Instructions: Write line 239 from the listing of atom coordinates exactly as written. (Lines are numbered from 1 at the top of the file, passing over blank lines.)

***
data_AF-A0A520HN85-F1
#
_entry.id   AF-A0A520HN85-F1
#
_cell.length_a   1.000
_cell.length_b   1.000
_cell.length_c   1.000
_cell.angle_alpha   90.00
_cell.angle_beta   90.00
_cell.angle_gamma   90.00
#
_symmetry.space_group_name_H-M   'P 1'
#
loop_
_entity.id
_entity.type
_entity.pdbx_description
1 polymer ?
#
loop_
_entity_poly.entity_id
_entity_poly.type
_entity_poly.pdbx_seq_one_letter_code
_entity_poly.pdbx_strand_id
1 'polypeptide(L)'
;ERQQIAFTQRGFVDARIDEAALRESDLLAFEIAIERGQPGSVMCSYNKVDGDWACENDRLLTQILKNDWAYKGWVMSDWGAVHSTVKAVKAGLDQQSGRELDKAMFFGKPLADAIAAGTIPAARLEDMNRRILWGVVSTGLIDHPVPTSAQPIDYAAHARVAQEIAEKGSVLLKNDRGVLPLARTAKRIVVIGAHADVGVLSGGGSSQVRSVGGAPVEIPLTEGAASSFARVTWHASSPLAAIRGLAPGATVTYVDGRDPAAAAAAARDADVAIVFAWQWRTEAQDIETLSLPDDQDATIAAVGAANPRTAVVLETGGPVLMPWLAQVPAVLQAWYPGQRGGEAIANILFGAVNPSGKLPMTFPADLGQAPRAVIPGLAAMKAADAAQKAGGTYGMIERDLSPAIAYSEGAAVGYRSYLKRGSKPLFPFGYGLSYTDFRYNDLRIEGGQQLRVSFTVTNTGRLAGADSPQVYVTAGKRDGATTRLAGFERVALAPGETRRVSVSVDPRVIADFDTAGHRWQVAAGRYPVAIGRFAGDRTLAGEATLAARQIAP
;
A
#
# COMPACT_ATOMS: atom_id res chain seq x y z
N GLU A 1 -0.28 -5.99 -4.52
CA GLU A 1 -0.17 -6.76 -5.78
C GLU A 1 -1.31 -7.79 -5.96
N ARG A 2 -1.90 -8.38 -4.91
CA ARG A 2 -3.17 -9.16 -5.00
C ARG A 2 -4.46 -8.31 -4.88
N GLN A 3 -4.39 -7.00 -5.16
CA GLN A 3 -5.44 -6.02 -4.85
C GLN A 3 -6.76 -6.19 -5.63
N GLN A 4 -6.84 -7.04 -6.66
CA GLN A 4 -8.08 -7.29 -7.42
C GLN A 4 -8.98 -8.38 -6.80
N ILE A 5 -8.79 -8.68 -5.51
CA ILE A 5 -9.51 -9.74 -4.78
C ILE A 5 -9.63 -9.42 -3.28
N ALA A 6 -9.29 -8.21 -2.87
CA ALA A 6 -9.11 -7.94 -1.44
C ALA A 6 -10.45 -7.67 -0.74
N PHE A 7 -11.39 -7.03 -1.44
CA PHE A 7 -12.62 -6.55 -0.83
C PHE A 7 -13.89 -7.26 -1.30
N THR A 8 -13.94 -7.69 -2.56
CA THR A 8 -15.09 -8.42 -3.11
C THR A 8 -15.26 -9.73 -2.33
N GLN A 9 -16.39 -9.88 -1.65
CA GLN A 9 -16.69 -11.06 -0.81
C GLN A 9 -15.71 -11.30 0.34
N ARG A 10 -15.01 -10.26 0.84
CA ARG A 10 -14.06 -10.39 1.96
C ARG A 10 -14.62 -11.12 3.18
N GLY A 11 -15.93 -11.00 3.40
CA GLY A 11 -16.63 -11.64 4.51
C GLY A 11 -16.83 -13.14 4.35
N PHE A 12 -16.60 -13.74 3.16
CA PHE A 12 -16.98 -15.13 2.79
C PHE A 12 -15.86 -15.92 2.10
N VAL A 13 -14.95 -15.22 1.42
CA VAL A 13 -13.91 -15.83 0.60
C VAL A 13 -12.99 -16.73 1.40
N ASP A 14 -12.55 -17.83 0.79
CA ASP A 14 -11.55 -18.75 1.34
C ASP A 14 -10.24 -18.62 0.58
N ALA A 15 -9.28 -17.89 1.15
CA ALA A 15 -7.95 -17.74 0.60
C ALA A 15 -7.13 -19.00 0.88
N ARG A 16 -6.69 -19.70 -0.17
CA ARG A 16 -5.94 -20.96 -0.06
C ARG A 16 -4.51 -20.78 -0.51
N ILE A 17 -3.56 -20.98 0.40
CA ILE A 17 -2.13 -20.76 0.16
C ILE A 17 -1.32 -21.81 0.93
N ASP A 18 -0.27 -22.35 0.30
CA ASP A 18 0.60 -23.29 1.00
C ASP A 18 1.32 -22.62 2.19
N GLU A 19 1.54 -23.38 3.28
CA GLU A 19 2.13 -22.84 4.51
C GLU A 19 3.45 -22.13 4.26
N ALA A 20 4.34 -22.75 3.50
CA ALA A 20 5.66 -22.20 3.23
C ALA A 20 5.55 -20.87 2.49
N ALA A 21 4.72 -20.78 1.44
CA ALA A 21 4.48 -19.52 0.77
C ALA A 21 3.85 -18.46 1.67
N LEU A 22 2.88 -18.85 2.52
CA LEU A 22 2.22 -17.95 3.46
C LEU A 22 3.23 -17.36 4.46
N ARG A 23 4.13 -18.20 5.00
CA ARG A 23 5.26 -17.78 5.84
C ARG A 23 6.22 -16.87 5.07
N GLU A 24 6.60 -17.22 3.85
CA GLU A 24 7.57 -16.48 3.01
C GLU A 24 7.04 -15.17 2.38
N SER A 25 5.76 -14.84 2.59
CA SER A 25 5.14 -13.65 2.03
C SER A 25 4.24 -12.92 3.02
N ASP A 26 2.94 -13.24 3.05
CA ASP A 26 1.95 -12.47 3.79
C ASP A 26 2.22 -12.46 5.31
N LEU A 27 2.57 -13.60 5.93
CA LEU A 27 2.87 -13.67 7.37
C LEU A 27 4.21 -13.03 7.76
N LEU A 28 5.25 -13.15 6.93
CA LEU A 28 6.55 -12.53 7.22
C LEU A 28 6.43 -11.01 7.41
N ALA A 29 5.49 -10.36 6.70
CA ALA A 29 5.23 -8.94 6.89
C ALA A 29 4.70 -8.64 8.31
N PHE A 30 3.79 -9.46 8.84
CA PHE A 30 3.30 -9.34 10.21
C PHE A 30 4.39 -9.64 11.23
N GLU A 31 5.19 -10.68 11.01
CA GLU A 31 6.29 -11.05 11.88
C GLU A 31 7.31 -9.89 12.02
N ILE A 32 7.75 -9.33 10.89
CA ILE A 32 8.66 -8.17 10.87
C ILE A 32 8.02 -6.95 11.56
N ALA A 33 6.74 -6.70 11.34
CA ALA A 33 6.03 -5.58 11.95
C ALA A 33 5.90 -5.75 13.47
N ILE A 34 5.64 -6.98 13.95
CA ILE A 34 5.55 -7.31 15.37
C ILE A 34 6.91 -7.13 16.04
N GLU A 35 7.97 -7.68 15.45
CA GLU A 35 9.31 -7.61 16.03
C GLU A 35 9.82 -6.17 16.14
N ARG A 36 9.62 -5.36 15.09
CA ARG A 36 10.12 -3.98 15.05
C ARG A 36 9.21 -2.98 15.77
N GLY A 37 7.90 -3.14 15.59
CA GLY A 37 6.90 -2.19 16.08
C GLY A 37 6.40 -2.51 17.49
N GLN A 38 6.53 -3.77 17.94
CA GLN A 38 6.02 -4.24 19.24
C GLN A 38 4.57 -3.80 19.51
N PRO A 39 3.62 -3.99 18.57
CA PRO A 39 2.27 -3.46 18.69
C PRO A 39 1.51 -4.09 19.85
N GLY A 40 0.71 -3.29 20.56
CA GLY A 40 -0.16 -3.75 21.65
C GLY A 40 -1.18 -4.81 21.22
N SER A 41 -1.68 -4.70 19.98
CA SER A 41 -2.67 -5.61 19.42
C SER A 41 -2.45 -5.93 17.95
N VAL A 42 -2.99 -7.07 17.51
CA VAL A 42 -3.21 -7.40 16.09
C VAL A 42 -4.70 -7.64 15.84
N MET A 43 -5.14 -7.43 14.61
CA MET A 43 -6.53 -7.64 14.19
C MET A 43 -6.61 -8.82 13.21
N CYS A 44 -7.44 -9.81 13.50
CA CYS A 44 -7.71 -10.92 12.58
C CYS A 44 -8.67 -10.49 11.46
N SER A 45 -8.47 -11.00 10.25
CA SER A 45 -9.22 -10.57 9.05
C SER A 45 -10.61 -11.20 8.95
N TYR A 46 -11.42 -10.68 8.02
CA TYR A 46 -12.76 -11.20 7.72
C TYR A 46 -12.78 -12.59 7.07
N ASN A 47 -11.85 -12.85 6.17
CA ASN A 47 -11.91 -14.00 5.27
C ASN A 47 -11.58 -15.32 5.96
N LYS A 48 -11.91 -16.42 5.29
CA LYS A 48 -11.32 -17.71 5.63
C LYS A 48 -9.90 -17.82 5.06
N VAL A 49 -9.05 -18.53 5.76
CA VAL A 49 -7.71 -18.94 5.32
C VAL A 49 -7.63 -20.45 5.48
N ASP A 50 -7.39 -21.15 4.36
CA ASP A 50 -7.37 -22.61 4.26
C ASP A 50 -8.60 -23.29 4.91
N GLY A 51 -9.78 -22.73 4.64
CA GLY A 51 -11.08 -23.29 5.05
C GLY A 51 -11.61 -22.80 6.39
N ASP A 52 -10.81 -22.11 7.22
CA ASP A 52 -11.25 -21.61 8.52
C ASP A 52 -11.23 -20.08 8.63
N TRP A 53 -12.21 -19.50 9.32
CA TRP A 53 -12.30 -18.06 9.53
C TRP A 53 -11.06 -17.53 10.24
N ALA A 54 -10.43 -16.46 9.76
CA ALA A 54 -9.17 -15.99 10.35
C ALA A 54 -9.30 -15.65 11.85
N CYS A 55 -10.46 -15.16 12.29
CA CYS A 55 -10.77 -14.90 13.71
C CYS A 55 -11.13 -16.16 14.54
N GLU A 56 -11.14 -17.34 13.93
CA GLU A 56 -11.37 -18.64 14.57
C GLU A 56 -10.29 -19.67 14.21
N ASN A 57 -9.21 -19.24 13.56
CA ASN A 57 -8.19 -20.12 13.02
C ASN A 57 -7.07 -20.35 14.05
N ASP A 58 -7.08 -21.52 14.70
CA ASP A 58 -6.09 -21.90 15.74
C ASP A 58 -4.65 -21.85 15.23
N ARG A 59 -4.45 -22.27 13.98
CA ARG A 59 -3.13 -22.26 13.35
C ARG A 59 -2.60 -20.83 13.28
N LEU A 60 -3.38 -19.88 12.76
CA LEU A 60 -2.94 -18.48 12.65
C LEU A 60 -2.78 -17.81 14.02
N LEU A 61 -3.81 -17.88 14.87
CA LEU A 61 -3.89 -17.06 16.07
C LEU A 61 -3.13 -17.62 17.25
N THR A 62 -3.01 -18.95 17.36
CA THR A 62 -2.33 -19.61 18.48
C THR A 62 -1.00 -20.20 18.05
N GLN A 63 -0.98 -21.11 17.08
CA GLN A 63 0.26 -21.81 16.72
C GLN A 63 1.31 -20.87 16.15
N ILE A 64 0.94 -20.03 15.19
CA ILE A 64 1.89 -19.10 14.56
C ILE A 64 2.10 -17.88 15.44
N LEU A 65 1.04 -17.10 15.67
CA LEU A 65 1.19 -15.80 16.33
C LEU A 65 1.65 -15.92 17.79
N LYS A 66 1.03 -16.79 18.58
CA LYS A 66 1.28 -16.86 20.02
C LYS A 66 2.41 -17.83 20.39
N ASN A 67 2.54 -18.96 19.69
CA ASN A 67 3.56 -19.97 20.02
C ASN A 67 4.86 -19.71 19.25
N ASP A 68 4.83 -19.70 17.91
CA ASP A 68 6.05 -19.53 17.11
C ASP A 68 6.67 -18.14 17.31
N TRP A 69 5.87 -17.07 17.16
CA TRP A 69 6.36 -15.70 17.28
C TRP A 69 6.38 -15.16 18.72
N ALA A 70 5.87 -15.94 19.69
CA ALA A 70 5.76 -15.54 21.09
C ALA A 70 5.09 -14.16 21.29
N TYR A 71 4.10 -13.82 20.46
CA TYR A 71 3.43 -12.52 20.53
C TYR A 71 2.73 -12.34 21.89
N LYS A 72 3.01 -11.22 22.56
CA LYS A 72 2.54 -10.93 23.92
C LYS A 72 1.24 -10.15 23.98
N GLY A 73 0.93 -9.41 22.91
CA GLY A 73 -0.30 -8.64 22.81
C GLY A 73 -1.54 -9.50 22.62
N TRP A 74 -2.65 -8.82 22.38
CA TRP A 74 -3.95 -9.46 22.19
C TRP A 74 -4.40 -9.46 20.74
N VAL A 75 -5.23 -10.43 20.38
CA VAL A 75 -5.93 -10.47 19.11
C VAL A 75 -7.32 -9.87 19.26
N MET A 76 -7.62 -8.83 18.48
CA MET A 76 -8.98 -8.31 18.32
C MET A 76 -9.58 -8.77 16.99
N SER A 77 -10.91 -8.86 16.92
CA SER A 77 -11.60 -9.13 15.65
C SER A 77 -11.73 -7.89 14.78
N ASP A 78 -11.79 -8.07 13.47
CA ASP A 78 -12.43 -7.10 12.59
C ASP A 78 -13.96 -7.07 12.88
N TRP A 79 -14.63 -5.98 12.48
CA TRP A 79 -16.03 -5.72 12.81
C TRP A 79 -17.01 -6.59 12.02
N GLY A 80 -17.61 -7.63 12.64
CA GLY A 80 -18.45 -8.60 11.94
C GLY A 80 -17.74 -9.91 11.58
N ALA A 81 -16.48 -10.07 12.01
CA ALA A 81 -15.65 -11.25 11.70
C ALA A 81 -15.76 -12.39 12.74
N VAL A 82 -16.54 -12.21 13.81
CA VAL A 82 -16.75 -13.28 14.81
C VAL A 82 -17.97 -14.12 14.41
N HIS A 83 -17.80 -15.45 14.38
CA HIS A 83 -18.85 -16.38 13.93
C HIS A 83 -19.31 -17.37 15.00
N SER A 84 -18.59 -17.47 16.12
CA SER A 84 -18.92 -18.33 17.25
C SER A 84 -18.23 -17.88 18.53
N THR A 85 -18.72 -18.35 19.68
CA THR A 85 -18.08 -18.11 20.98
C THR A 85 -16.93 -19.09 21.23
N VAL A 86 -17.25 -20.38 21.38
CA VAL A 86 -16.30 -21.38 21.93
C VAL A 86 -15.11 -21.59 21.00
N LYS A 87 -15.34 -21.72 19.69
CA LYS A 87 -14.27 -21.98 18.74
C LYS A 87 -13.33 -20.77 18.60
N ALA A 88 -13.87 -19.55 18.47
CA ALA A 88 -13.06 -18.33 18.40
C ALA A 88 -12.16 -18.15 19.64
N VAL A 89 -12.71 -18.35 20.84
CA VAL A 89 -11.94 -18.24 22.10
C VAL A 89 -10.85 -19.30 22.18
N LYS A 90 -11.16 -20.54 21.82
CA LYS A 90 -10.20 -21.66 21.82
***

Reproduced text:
CA ALA A 70 5.76 -15.54 21.09